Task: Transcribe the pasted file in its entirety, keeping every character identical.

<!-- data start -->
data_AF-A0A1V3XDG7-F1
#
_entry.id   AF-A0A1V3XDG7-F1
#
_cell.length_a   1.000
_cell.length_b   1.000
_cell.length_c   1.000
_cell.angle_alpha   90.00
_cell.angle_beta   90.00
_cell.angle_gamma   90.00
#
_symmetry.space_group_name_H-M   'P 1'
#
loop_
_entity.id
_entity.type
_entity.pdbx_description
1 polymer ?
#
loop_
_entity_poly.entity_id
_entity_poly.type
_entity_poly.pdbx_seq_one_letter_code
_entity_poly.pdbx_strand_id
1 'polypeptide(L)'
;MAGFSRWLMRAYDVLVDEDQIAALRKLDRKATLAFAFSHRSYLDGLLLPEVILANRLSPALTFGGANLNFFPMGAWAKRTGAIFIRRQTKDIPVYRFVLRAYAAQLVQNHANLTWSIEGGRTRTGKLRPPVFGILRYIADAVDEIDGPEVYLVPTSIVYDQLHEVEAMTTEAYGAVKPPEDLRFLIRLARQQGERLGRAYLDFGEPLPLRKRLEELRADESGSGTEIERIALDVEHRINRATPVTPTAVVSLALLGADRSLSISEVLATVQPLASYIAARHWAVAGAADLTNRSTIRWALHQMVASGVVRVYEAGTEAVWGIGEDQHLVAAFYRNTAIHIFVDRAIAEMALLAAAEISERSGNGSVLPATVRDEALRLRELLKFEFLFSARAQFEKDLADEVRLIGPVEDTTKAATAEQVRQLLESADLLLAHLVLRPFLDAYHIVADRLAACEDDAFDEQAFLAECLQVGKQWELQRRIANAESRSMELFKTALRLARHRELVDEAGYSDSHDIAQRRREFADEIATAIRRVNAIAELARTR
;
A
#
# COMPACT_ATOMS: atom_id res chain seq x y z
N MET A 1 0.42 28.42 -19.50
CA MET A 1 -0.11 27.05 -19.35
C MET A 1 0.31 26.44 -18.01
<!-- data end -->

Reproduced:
data_AF-A0A1V3XDG7-F1
#
_entry.id   AF-A0A1V3XDG7-F1
#
_cell.length_a   1.000
_cell.length_b   1.000
_cell.length_c   1.000
_cell.angle_alpha   90.00
_cell.angle_beta   90.00
_cell.angle_gamma   90.00
#
_symmetry.space_group_name_H-M   'P 1'
#
loop_
_entity.id
_entity.type
_entity.pdbx_description
1 polymer ?
#
loop_
_entity_poly.entity_id
_entity_poly.type
_entity_poly.pdbx_seq_one_letter_code
_entity_poly.pdbx_strand_id
1 'polypeptide(L)'
;MAGFSRWLMRAYDVLVDEDQIAALRKLDRKATLAFAFSHRSYLDGLLLPEVILANRLSPALTFGGANLNFFPMGAWAKRTGAIFIRRQTKDIPVYRFVLRAYAAQLVQNHANLTWSIEGGRTRTGKLRPPVFGILRYIADAVDEIDGPEVYLVPTSIVYDQLHEVEAMTTEAYGAVKPPEDLRFLIRLARQQGERLGRAYLDFGEPLPLRKRLEELRADESGSGTEIERIALDVEHRINRATPVTPTAVVSLALLGADRSLSISEVLATVQPLASYIAARHWAVAGAADLTNRSTIRWALHQMVASGVVRVYEAGTEAVWGIGEDQHLVAAFYRNTAIHIFVDRAIAEMALLAAAEISERSGNGSVLPATVRDEALRLRELLKFEFLFSARAQFEKDLADEVRLIGPVEDTTKAATAEQVRQLLESADLLLAHLVLRPFLDAYHIVADRLAACEDDAFDEQAFLAECLQVGKQWELQRRIANAESRSMELFKTALRLARHRELVDEAGYSDSHDIAQRRREFADEIATAIRRVNAIAELARTR
;
A
#
# COMPACT_ATOMS: atom_id res chain seq x y z
N MET A 1 0.42 28.42 -19.50
CA MET A 1 -0.11 27.05 -19.35
C MET A 1 0.31 26.44 -18.01